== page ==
J.C. Buehler was 3,000 feet above an Indiana farm field when he saw the drone. It didn’t appear on his single-propeller airplane's systems, and he almost didn’t see it about 1,000 feet away.

Buehler was working as a Federal Aviation Administration examiner certifying a new pilot, who noticed the drone first. Neither knew what it was doing or whether it was legal.

“It was a little scary to see a drone very close to an aircraft into which I was strapped,” Buehler told the Washington Examiner.

To address the increasingly common sight, Congress included in this year’s FAA Reauthorization Act permission for the Department of Homeland Security to “track,” “disrupt,” “control,” and “seize or otherwise confiscate” drones deemed a “threat."

Civil liberties groups are concerned, however, that authorities could misuse the authority to surveil aircraft, silence journalists, and flout traditional standards for confiscating property.

President Trump signed the bill into law this month after it passed with little discussion — just one Senate hearing and no House debate. The term “threat” is undefined, and no specific process is outlined for the return of seized drones.

“This bill gives DHS and DOJ that authority to seize privately owned drones, and there’s no mechanism in the bill for people to reclaim their property and prove they were just taking pictures of pelicans in the ocean,” said India McKinney, a legislative analyst at the Electronic Frontier Foundation, which campaigned against the bill.

McKinney said there are legitimate concerns about surveillance, including whether data would be stored or kept forever, and that "whether or not [authorities] will be doing it has no impact on whether you should be allowed to do it under the law.”

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The new law is the latest development in the federal government's approach to drones, which over the past decade morphed from specialized weapons of war into a diverse category of aircraft used to survey farmland and amuse children as toys.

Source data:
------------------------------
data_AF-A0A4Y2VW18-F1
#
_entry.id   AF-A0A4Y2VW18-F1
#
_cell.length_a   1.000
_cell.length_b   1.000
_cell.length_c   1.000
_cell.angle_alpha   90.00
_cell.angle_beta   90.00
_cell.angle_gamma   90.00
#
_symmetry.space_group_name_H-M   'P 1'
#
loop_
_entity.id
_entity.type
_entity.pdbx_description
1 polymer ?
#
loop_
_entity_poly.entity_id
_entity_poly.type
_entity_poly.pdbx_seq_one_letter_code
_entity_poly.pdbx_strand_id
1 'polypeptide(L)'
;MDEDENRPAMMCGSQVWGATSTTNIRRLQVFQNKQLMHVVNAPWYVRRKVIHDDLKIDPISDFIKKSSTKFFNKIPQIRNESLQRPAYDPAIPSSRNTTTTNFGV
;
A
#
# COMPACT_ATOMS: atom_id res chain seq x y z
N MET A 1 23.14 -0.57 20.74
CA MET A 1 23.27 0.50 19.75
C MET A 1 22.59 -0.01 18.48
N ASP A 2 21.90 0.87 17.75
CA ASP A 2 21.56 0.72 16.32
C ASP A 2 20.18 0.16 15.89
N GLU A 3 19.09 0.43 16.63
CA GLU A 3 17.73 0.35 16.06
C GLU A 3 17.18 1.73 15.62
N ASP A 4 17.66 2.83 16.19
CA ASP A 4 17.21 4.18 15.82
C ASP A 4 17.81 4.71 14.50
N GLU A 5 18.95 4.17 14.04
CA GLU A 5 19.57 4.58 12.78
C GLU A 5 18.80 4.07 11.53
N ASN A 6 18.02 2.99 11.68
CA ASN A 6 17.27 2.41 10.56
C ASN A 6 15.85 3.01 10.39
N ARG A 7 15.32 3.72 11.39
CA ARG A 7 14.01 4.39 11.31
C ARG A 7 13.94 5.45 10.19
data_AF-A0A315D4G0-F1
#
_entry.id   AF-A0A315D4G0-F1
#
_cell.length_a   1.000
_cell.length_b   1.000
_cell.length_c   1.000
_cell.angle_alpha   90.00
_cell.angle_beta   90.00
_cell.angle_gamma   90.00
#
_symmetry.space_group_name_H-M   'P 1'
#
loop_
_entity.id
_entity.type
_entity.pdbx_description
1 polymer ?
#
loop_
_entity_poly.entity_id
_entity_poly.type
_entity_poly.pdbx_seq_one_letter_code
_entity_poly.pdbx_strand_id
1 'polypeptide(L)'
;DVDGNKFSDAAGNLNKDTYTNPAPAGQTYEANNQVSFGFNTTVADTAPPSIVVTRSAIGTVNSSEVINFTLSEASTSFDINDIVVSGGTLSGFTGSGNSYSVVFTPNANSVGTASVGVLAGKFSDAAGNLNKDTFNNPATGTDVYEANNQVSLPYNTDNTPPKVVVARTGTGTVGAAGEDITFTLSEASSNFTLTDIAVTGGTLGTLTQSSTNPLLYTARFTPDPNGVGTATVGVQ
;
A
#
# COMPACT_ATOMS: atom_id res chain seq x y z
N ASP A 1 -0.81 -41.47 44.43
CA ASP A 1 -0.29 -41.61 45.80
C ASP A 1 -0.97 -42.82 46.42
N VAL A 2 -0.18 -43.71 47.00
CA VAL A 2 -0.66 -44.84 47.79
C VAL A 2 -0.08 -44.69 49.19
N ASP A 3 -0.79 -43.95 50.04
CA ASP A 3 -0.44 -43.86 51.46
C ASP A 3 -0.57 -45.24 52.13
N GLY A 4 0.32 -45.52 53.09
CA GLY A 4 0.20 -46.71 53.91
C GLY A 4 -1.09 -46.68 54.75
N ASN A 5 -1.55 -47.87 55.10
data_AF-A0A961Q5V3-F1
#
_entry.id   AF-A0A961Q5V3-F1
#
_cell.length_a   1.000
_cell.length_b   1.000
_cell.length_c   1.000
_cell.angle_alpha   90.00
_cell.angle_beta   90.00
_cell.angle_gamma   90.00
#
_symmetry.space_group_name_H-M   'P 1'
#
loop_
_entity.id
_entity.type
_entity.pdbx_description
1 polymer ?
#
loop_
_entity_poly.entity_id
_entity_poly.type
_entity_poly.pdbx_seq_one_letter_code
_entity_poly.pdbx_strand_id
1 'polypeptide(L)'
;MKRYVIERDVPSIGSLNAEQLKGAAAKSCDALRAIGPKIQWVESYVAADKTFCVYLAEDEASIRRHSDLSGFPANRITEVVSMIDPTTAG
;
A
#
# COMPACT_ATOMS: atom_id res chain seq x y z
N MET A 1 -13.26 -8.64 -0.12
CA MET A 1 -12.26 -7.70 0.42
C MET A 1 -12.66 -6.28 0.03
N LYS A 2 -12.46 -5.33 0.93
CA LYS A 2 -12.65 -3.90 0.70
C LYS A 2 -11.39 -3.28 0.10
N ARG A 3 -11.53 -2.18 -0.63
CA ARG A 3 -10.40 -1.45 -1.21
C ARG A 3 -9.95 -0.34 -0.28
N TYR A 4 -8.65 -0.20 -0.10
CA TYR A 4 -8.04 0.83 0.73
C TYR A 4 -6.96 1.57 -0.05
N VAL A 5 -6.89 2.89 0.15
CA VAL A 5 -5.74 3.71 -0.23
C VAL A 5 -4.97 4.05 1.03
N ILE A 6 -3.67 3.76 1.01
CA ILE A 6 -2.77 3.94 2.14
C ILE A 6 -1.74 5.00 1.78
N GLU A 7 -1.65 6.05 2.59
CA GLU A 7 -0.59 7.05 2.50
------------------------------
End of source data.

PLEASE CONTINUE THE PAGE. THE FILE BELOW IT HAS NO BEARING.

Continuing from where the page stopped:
The first major tranche of federal rules came in 2016. Now, civilian drone pilots need to register aircraft over 0.55 pounds. Recreational drones can’t fly above 400 feet, in restricted airspace, or near airports. Commercial drone pilots need licenses.

Buehler, who worked 20 years as a commercial airline pilot before teaching aviation law at Indiana University, said many people don’t bother to learn or abide by the rules after they buy a $100 drone from Wal-Mart.

Buehler said he collided with three birds as a pilot, whose flesh and bone can cause substantial damage. With a 10-pound metal drone, “the physics are a lot less forgiving when the two things come together,” he said, potentially smashing through plexiglass windshields or taking out a plane’s wing.

Buehler dismissed concern about the FAA abusing new authorities.

"I didn’t see anything in the statute that said, 'FAA, go out and surveil everyday citizens who happen to want to fly a drone,'" he said. “I think it’s a charge from Congress saying we need to do something about this before one takes out an airliner."

He added: “The FAA doesn’t have the personnel, the wherewithal or the means to spy on these aircraft, for them to assign personnel to do nothing to go out and look for drones. I think this is a situation where they might react to a public complaint or a situation where there’s a regular pattern of interference near an airport or a flight path."

A spokesperson for the FAA said the agency “will need to study the bill carefully and then start the work on its implementation.”

Lisa Ellman, co-executive director of the Commercial Drone Alliance trade group, said the legislation will do more to facilitate rather than hinder legitimate drone use.

“Opportunities for the commercial drone industry had been halted due to these security concerns, and so the legislation opens the door to broader authorities for good actors,” she said.

McKinney, the EFF analyst, said the group remains concerned, and will challenge the law in court if the opportunity arises.

“If you don’t know you’re being surveilled, it’s hard to find standing, and it’s hard to find good cases. But we’re open to being wrong about that,” she said.